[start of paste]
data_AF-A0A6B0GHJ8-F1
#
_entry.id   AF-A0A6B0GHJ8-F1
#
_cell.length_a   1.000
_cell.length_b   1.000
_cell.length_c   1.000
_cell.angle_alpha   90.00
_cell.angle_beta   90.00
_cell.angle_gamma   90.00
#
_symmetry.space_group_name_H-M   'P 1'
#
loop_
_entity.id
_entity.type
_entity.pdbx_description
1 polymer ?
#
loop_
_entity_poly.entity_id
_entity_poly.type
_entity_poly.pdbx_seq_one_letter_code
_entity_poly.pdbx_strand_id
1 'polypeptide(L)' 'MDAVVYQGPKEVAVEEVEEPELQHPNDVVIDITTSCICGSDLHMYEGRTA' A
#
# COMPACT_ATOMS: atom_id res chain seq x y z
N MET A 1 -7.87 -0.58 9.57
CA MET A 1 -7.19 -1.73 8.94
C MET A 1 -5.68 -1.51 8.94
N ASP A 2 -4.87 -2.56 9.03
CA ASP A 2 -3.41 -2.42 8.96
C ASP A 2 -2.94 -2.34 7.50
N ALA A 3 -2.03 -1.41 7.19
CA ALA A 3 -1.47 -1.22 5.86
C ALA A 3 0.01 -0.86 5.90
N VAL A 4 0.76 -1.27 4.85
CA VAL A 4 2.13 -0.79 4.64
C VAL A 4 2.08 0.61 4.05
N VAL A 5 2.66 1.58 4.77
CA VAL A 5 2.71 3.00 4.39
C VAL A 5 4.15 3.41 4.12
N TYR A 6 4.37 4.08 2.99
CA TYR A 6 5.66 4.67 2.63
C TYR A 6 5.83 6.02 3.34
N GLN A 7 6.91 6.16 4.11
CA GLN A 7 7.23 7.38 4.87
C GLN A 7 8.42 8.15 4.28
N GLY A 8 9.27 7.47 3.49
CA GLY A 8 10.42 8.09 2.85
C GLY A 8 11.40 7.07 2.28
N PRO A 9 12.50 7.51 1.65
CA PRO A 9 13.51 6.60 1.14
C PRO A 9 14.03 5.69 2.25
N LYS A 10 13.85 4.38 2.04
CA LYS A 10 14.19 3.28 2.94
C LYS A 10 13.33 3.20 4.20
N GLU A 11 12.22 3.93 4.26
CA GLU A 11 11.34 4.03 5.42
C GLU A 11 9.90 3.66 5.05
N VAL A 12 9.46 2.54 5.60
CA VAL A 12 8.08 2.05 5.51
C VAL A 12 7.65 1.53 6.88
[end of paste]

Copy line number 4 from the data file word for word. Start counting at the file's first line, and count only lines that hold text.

#